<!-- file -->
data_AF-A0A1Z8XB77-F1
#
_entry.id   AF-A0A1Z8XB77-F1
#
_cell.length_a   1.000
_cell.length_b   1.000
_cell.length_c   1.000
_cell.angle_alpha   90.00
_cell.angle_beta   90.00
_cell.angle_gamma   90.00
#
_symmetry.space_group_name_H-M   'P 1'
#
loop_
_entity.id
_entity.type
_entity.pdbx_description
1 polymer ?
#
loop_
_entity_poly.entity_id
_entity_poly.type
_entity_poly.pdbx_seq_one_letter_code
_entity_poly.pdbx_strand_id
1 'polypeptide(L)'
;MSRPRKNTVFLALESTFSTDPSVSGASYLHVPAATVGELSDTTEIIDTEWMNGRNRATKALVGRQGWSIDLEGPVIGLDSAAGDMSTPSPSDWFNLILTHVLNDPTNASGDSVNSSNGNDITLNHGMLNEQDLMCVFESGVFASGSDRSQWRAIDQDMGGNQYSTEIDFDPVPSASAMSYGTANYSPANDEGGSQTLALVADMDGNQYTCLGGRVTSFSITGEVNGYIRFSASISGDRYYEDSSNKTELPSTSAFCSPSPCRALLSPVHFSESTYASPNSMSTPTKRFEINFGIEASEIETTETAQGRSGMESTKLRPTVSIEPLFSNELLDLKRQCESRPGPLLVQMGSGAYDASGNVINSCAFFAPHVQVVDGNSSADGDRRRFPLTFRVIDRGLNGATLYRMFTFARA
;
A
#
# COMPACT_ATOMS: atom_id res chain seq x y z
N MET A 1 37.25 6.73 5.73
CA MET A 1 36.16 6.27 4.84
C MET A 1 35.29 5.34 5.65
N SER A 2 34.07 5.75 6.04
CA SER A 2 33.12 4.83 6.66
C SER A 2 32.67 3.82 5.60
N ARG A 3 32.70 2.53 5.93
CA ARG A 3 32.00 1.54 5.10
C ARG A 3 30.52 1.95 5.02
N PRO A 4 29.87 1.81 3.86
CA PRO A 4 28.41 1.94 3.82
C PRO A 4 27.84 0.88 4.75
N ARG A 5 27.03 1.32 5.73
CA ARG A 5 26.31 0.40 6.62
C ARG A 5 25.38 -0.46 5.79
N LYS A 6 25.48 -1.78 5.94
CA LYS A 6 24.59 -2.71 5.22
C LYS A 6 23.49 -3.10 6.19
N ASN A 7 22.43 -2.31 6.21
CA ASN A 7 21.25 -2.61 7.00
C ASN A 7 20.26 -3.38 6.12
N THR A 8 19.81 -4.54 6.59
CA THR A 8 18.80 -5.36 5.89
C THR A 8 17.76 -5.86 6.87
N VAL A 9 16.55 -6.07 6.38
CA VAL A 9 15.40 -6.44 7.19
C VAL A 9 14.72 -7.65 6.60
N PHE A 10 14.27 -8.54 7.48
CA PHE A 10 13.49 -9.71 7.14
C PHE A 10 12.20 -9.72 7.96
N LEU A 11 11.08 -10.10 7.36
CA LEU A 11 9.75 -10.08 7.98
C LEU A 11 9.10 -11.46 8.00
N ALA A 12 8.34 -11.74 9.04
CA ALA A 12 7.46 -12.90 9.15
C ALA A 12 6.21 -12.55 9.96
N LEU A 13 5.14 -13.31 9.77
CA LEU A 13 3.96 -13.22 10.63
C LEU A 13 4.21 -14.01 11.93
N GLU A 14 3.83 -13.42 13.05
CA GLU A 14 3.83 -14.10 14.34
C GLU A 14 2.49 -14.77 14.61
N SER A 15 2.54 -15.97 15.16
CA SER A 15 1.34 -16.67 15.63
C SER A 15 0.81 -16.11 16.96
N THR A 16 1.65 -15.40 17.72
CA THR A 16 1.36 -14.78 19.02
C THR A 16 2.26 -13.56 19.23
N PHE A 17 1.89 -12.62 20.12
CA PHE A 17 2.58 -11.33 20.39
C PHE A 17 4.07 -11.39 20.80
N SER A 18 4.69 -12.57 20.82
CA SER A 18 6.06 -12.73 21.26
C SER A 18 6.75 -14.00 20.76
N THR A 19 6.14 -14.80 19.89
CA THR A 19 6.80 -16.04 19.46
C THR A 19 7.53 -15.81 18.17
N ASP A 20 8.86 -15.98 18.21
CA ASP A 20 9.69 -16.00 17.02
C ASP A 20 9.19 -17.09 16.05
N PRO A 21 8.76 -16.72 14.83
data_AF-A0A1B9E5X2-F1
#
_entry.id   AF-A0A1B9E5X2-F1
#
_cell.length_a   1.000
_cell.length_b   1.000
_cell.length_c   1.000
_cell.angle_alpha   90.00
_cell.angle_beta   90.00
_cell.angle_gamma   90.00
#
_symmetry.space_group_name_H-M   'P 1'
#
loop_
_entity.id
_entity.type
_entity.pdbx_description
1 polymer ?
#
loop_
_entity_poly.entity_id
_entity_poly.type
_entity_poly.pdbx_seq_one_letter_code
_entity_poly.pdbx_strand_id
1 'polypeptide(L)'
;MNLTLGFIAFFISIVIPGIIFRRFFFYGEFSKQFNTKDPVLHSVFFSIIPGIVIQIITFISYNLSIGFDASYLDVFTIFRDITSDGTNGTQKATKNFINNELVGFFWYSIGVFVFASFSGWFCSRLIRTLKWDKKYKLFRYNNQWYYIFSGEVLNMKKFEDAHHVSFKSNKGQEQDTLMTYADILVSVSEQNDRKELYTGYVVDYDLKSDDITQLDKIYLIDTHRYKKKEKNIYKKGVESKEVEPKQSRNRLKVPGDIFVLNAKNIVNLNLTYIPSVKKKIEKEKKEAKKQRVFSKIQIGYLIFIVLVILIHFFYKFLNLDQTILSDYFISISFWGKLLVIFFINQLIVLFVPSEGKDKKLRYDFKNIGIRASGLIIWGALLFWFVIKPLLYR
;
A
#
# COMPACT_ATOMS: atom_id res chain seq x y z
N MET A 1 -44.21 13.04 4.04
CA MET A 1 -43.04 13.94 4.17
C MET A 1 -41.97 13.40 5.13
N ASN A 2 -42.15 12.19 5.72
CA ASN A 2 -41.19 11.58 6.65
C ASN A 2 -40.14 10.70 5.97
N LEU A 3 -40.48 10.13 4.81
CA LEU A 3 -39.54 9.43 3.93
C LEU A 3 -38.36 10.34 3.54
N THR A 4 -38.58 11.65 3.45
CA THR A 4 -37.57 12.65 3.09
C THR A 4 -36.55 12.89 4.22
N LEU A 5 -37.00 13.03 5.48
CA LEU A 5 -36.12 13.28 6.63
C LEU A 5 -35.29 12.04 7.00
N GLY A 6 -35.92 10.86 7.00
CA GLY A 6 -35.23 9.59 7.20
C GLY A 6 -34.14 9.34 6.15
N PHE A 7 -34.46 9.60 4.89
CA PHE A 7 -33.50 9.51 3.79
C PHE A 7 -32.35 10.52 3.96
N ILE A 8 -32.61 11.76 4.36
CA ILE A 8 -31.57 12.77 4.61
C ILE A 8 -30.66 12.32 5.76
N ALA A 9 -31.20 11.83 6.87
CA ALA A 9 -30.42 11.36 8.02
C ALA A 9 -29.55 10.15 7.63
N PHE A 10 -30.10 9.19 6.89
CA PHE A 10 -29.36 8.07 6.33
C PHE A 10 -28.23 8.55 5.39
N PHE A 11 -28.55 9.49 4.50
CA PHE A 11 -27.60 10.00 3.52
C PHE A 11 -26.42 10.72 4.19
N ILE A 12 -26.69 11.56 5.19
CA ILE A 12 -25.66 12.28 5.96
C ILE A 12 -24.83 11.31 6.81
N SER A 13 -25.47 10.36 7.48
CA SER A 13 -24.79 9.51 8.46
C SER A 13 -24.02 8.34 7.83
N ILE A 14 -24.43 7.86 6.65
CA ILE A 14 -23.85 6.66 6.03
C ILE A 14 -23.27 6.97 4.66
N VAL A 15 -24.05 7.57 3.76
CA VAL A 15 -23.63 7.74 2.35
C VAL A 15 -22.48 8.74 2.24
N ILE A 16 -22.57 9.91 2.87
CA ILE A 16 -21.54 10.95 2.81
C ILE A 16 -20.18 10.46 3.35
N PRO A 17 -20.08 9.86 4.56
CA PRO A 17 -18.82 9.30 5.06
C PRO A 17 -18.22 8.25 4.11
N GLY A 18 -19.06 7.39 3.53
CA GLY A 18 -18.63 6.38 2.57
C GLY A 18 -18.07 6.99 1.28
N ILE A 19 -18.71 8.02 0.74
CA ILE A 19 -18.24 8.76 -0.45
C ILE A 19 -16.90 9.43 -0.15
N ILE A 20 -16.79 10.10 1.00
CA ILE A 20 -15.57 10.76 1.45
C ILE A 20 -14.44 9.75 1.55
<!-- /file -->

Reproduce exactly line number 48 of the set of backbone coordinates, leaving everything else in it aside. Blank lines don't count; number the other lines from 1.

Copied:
C LYS A 6 23.49 -3.10 6.19